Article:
What to look for: The intention may be expressed directly, such as, "I wish I were dead" or "I want to kill myself," or "I want to end it all." Or the threats may be indirect: "You'd be better off without me." "I can't go on." "I wish it were over." "Soon I won't be around any more." Also beware of a preoccupation with death or evidence of plans to follow-through, like buying a gun, hoarding pills, giving away money, or suddenly changing a will.
What else to know: If you think someone you love may be suicidal, don't leave him or her alone. Rather than leaping right to asking, "Are you thinking about suicide?" Robbins says, ask a series of questions that build on one another to assess the person’s state of mind: How are you feeling? Are you feeling depressed? Are you feeling hopeless? Are you wondering if life is worth living? Are you considering suicide? Have you made a plan? Encouraging the person to talk about the intended suicide actually lowers (but doesn't remove) the risk of following through. Keep the person safe until he or she can be brought to a doctor or therapist. Or call 911 or a suicide hotline (the National Suicide Prevention Lifeline is (800) 273-8255).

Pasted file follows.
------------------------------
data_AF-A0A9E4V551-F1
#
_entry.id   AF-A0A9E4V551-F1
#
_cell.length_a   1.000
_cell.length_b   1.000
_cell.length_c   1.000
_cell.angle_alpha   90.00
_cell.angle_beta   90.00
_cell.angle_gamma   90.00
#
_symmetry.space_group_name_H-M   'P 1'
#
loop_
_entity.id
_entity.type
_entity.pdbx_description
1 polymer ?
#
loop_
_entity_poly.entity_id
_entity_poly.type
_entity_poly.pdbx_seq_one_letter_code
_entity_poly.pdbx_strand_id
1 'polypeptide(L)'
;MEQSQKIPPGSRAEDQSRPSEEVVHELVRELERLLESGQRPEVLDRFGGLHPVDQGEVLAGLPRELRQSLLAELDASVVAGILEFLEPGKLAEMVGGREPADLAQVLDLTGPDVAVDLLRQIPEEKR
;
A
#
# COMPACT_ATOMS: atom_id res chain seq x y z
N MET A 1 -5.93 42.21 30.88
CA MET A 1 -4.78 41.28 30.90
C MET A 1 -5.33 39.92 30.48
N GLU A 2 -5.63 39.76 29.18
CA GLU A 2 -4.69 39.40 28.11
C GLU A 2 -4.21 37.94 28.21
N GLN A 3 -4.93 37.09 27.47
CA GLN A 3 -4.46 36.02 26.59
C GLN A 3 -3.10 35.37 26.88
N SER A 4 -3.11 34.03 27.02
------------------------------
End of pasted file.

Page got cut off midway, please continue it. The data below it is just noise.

Depression is stressful. The physical effects of chronic stress, added to poor self-care brought on by changes in energy levels, sleep, and appetite, can cause an array of health problems.
What to look for: Increased self-medication (through pain relievers, alcohol, or abuse of prescription meds), increased complaints that don't seem to fit any kind of pattern, increased doctor visits (or refusal to see a doctor despite obvious complaints).
What else to know: Obviously any of these physical signs can be clues to health problems that are unrelated to depression. The point is to notice if these behaviors are clustering with other symptoms of depression -- and to get them addressed by a health professional so that they become one (or two, or three, or five) fewer bothersome aspects of the depressed person's life.
Silver lining: Getting a loved one to a doctor on the pretext of evaluating chronic symptoms allows you to also report the worrisome depressive symptoms, and get them checked out and, if necessary, treated. This is valuable, given that so many people with depression are in denial. After all, the majority of cases of depression, even the most severe, respond to treatment, according to the National Institute of Mental Health.